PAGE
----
On our journey toward increased reliance on renewable energy, the United States has taken an unlikely detour back to traditional oil and natural gas production. The reason is that recent advances in hydraulic fracturing—commonly called “fracking”—have allowed energy companies to access some of the world’s largest oil and natural gas reserves right here in the United States, most of which were previously inaccessible. However, this process has become one of the most hotly-debated environmental and economic topics in modern energy production.
Fracking uses subterranean explosives to create fractures in rock formations. A mixture of water and chemicals is then pumped into the fractures, expanding the cracks and releasing oil and natural gas. Some U.S. shale oil formations produce over a million barrels of oil every day and could maintain this rate for many years to come.
Fracking has facilitated rapid growth in the U.S. energy industry in the past few years. According to research by the Manhattan Institute, oil and natural gas production in the United States has risen 60 percent since the recent recession, contributing over $300 billion to GDP annually. Domestic oil and gas industry jobs have grown by 40 percent; of that growth, over 400,000 jobs have come directly from fracking. In the most exhaustive study to date, IHS Global Insight estimates that by end of 2015 the shale production industry will support 870,000 jobs in the United States. Furthermore, for every job directly added to the oil and gas industry, IHS also predicts that three additional jobs will be created in supporting industries.
North Dakota’s Bakken shale formation demonstrates the economic impact of fracking. Until about 2006, the state had below-average GDP and high unemployment. With the development of fracking technology and the discovery of the Bakken shale formation, North Dakota is now second only to Texas in U.S. oil and gas production. And with the lowest unemployment rate in the country at 2.8%, North Dakota has nearly doubled its GDP in the last 10 years.
However, fracking carries environmental costs. Each fracking well requires up to four million gallons of water and various chemicals to be pumped into rock formations to release trapped reserves. The extracted water is contaminated and must be disposed into deep underground wells. Although fracking requires significantly less water per unit than it takes to produce electricity from coal, disposed wastewater can pollute underground aquifers in the area.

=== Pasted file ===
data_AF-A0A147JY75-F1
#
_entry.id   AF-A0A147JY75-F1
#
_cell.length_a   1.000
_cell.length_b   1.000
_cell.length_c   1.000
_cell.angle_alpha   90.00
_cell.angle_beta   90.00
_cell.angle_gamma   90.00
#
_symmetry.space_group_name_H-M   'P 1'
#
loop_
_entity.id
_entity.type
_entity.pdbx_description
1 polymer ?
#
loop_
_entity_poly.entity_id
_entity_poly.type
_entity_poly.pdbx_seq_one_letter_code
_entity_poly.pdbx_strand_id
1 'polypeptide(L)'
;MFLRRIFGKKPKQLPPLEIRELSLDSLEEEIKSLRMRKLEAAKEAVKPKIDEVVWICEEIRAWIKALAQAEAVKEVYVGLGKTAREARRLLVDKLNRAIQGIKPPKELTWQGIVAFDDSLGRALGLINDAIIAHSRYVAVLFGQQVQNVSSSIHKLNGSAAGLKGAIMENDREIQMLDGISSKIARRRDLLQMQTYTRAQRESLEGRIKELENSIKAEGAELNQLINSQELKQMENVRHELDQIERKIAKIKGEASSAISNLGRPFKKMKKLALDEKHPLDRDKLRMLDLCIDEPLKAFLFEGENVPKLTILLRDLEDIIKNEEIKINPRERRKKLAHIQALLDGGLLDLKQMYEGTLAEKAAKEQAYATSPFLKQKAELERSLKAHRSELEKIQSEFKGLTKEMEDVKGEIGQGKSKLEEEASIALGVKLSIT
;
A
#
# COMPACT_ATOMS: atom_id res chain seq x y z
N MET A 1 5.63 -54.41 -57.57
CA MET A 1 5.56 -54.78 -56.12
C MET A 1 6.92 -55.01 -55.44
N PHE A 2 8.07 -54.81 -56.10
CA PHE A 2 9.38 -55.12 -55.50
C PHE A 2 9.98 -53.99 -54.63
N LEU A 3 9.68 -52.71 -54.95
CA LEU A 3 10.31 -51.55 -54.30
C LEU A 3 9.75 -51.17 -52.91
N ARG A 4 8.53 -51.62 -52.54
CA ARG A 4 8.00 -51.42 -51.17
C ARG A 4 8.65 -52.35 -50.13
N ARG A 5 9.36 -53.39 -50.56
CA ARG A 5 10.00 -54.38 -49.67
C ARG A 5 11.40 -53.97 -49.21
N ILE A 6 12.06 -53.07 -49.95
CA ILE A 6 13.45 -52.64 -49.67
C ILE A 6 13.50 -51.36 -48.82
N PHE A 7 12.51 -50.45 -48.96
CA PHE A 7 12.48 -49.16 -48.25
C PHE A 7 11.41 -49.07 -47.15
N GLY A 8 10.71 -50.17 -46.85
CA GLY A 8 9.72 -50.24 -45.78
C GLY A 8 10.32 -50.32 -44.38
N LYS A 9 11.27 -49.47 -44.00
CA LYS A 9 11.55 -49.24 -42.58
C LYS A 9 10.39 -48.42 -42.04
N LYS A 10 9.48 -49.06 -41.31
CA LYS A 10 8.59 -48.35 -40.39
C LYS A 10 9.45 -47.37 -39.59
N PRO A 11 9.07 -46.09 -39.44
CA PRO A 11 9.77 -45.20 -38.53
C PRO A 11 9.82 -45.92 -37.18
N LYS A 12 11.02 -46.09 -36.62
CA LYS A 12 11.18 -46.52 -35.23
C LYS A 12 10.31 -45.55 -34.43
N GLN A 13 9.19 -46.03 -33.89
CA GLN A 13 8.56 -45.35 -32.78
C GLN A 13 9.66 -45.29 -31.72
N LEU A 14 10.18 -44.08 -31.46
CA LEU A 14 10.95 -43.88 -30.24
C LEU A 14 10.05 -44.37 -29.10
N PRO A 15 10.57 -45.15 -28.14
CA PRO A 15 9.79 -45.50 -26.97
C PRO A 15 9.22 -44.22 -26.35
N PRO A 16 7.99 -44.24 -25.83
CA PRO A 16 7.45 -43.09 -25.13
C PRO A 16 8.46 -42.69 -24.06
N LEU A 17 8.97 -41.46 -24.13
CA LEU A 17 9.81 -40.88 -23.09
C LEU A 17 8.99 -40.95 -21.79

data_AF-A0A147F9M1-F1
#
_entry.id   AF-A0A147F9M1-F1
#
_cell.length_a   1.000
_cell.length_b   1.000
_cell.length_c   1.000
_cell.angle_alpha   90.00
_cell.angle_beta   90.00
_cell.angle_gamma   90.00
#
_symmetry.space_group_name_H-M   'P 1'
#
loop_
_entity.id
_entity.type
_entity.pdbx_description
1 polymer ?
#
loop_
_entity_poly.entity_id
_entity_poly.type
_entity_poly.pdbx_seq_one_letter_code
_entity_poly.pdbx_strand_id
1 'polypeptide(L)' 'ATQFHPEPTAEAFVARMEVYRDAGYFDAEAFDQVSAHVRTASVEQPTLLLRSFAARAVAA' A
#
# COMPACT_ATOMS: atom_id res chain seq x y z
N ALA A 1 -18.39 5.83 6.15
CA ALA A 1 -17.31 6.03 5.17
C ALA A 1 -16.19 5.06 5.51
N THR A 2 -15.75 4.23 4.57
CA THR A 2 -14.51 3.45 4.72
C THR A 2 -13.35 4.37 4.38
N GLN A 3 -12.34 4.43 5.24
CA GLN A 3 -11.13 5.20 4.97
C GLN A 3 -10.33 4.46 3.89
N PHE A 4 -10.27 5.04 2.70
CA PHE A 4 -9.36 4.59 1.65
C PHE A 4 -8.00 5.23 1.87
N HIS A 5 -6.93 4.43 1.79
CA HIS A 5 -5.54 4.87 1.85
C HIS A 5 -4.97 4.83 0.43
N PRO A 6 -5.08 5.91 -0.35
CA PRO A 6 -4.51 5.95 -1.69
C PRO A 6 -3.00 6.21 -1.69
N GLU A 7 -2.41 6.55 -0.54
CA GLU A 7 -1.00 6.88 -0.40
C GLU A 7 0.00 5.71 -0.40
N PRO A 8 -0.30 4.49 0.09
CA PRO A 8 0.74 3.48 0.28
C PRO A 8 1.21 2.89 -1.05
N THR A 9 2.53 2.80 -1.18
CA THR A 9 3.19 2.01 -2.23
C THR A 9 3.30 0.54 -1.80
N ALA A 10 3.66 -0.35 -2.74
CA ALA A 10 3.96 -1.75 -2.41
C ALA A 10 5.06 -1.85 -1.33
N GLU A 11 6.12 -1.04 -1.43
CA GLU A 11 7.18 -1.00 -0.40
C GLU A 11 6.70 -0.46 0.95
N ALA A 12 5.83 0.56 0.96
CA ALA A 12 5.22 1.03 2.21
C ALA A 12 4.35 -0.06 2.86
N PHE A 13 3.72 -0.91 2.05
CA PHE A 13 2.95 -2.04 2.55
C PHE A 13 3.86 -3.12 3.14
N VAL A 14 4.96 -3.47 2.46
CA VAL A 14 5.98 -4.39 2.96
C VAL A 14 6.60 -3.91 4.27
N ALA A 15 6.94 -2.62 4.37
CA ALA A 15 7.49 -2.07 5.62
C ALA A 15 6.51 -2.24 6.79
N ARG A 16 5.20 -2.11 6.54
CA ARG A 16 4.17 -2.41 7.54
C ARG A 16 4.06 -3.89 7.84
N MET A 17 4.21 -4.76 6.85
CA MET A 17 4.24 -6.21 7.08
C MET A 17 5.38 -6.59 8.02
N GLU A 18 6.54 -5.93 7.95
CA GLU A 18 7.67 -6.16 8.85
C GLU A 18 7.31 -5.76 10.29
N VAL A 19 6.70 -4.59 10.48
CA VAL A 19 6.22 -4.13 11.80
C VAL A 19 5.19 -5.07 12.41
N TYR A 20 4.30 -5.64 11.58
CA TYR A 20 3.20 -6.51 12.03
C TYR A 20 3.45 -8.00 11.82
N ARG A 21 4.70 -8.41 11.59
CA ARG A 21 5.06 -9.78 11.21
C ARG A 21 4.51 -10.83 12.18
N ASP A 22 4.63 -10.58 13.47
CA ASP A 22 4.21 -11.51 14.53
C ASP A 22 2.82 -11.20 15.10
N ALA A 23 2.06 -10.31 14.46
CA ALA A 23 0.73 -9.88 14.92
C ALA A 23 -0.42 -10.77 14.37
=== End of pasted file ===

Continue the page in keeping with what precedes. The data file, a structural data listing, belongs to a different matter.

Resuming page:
Another environmental issue associated with fracking is the emission of greenhouse gasses. While natural gas produces only half the carbon emissions that coal-powered electricity produces, the primary component of natural gas is methane—a potent greenhouse gas in its natural form. In the past several years, improperly-fitted or broken casings in 1–2 percent of natural gas wells have leaked methane gas into the atmosphere, essentially negating the benefits of reduced carbon emissions from natural gas production. Scientists are also studying the relationship between fracking disposal wells and nearby minor earthquakes. Raising specific questions about the tectonic impact of disposal wells, these studies have captured the attention of regulators and concerned citizens alike.
But investing in innovative solutions and thoughtful oversight could potentially mitigate the environmental costs of fracking and maximize economic growth. For example, drilling companies in Pennsylvania have resolved water contamination issues by designing new equipment to clean and recycle the contaminated wastewater. Similar solutions could ensure water purity at other fracking sites and potentially reduce the threat of man-made earthquakes due to disposal in underground wells. Stricter regulations for well casings could also prevent leakage of methane gas into the atmosphere.
Recently, Utah Governor Gary Herbert affirmed that fracking has been taking place in Utah for over fifty years without incident thanks to vigilant efforts to ensure environmental safety. With innovation and constant focus on environmental safety in the fracking process, we can help balance environmental costs with economic benefits—propelling the United States toward energy independence and cleaner air. By providing access to fossil fuels that are cleaner than coal, fracking can stimulate continued economic growth for the entire country.
This post is part of an ongoing series of data-driven commentary on current events. It was originally published in the Zion’s Bank Economic Outlook Newsletter and the Deseret News.
Founder and Chairman
Randy Shumway founded Cicero Group (www.cicerogroup.com) in 2001. It began humbly, with four people working out of Randy’s house. At the beginning of 2017, when Randy stepped down as CEO, Cicero had grown to a highly-respected, global management consulting firm.
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